I had been trying to figure out what all the barns had been in the original compound (around where Ag Hall is now, and east and south of there). I wanted to know when the newer compound (around where Hannah Administration and the Computer Center are now) was created, and which barns in it were new and which were moves and/or reconstructions. I knew I was getting close when I found the following comment in the Forty-Seventh Annual Report (1908) by Dean of Agriculture (and future President) Robert S. Shaw:

The farm building equipment work is now practically complete and a full description of the regrouping, remodeling, and refitting of the various buildings has been given in Station Bulletin № 250, with the exception of a manure shed erected since this report was issued.

…a Bulletin that is included, in its entirety, on page 211 of the same Annual Report.

Jackpot! If I wanted to reconstruct the farm compound exactly as it appeared in 1908, accurate down to the last timber, cupola, fence post, and horse stall, I need look no further than Experiment Station Bulletin № 250. Its level of detail is mind-boggling—in part because the College’s intent with its bulletins was to help the state’s farmers learn from the mistakes that the College farm had made. A map of the old compound as it appeared in 1902 is included, and descriptions and diagrams of each barn’s modifications as it was moved or repurposed to the new compound carry on for some seventy pages in all.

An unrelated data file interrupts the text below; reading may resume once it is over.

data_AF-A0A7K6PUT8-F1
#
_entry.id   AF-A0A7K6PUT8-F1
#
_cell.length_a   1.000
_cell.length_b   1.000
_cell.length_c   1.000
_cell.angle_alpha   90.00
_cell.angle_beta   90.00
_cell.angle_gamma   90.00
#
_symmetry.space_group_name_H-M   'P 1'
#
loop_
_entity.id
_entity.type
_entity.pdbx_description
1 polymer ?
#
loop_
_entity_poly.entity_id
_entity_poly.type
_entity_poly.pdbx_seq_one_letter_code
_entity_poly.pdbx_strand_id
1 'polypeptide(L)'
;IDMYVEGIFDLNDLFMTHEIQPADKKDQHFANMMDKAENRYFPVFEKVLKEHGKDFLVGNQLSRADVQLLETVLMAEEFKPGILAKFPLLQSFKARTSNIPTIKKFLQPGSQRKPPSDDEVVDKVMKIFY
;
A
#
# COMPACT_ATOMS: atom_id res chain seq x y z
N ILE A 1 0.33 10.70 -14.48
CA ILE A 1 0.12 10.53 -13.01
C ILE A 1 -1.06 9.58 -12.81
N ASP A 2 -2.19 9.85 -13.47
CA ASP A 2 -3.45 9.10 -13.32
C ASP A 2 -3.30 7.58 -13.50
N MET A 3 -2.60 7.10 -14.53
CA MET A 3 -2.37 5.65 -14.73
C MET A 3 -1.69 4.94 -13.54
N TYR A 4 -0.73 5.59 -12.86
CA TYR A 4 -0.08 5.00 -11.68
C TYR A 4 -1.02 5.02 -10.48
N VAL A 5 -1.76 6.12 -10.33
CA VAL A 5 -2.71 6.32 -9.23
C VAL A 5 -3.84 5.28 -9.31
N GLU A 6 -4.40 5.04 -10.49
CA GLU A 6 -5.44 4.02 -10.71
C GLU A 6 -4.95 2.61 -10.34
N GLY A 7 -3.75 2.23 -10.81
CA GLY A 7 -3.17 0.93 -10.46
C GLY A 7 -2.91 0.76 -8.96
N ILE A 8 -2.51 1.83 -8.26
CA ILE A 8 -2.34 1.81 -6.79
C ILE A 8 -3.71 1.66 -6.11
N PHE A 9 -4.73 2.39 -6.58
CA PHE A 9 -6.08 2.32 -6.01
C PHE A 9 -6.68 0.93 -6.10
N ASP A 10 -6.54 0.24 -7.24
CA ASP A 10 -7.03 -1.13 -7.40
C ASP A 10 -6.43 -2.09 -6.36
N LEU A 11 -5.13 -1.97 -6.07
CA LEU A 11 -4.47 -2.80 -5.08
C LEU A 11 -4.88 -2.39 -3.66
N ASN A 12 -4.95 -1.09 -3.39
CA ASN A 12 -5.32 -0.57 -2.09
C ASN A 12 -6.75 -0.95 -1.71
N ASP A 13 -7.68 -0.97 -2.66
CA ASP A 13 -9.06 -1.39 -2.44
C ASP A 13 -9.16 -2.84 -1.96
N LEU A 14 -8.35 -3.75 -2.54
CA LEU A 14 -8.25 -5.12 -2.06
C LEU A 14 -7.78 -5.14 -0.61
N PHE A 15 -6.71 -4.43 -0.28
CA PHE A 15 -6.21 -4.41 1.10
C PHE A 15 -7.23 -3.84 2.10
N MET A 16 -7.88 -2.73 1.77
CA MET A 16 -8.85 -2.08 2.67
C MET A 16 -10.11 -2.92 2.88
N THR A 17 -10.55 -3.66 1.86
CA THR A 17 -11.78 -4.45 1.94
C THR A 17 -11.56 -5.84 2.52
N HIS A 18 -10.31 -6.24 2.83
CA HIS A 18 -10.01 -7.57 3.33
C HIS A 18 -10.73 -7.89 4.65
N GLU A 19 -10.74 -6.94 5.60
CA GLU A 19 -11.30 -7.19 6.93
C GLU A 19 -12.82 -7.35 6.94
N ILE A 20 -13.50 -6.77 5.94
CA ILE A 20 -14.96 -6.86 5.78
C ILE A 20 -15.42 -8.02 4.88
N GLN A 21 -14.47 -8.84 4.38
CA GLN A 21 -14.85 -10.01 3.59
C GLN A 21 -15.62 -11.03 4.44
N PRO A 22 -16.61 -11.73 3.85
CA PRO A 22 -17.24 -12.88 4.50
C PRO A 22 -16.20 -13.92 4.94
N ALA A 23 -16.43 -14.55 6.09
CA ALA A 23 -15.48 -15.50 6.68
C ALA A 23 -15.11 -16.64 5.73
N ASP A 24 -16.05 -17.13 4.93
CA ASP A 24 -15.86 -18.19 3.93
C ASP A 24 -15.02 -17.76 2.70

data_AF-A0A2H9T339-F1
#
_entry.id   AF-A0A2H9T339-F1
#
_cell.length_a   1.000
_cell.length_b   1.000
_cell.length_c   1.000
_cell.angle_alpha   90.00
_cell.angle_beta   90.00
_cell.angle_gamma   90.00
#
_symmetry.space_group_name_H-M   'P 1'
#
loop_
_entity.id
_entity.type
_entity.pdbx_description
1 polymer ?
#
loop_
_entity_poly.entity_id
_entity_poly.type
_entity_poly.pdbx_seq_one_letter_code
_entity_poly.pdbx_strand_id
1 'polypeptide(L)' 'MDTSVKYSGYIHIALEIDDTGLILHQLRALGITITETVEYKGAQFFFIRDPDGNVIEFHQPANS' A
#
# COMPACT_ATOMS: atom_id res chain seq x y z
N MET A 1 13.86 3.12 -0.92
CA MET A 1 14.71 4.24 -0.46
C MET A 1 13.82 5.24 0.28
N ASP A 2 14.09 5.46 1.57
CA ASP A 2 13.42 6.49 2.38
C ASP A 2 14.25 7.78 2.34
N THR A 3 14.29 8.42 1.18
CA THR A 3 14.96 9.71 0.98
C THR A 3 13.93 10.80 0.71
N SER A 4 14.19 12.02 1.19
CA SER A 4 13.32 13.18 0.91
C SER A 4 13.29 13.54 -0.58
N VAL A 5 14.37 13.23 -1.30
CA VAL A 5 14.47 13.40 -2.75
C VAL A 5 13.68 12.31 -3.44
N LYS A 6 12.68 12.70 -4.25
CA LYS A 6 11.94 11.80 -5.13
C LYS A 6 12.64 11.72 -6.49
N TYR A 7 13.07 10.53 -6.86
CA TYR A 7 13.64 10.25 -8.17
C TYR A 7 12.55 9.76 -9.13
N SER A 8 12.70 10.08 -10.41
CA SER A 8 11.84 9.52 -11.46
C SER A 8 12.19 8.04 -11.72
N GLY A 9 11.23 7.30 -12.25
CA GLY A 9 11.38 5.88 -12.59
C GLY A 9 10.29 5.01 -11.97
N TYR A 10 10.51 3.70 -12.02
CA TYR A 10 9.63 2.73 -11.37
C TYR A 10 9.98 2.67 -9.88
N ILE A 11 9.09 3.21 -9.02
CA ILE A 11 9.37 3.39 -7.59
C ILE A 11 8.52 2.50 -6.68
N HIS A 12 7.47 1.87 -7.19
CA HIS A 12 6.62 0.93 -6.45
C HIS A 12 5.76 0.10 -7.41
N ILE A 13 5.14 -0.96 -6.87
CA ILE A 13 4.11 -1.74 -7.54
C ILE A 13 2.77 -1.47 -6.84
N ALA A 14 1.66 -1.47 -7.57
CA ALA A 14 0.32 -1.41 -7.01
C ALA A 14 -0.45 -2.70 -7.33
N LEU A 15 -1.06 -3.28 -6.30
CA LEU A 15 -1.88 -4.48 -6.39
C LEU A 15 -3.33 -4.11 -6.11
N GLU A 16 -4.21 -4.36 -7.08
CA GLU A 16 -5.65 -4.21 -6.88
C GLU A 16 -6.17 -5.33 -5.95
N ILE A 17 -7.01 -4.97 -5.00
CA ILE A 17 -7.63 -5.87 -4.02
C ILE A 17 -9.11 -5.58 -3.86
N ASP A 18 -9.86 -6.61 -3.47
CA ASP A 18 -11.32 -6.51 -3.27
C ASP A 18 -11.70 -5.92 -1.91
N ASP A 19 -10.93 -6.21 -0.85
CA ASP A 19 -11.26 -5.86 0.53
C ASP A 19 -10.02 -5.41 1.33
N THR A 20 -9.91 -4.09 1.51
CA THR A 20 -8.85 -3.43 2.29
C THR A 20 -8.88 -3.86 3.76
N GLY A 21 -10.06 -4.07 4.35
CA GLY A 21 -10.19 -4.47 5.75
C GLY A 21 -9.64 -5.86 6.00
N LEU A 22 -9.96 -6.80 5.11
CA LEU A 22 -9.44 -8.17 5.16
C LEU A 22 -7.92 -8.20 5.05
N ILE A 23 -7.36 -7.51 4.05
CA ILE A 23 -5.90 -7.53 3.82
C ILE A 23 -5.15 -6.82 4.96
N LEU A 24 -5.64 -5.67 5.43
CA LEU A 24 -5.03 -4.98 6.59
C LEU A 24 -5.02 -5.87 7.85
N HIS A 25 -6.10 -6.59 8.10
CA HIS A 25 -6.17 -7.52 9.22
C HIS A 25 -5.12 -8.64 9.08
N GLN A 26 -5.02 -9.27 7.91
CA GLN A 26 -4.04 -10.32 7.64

Now, to write the article for my site…

The French Connection: A True Account of Cops, Narcotics, and International Conspiracy by Robin Moore

10 October 2008

coverThe excellent 1971 film of The French Connection, starring Gene Hackman and Roy Scheider, has been running quite frequently on the Fox Movie Channel of late. Maybe it’s the fact that it’s usually on late at night, so my focus is fuzzy, but there’s a major plot point in it that always had me confused.

The brown Lincoln Continental is brought into the country, loaded with concealed heroin, by the French connection. Then Sal Boca, the American connection, takes the car from a hotel parking ramp and parks it overnight on a seedy waterfront street, where it is nearly stripped by a roving chop shop gang. Popeye has the car impounded, the cops (finally, after hours of searching) discover the drug cache, then they close it back up good as new and return it to—the French connection, who later takes it to a desolate island in the East River for the deal to go down with Sal.

So here lies the confusion: why does Sal take possession of the car, full of drugs, before the deal—and then abandon it in a bad area? Why doesn’t he just off-load the drugs right then?

The answer lies in Robin Moore’s terrific non-fiction tale of, as he hyperbolically puts it, “the most crucial single victory to date in the ceaseless, frustrating war against the import of vicious narcotics into our country.” As Moore explains, the car (in reality a tan 1960 Buick Invicta) was left by the American connection on that waterfront street because at that point it was loaded, not with drugs, but with the cash payoff from a previous import. The car soon disappeared from the street, picked up by an unseen accomplice, and returned to Montréal (and ultimately France) to begin the next, even bigger, drug smuggling operation.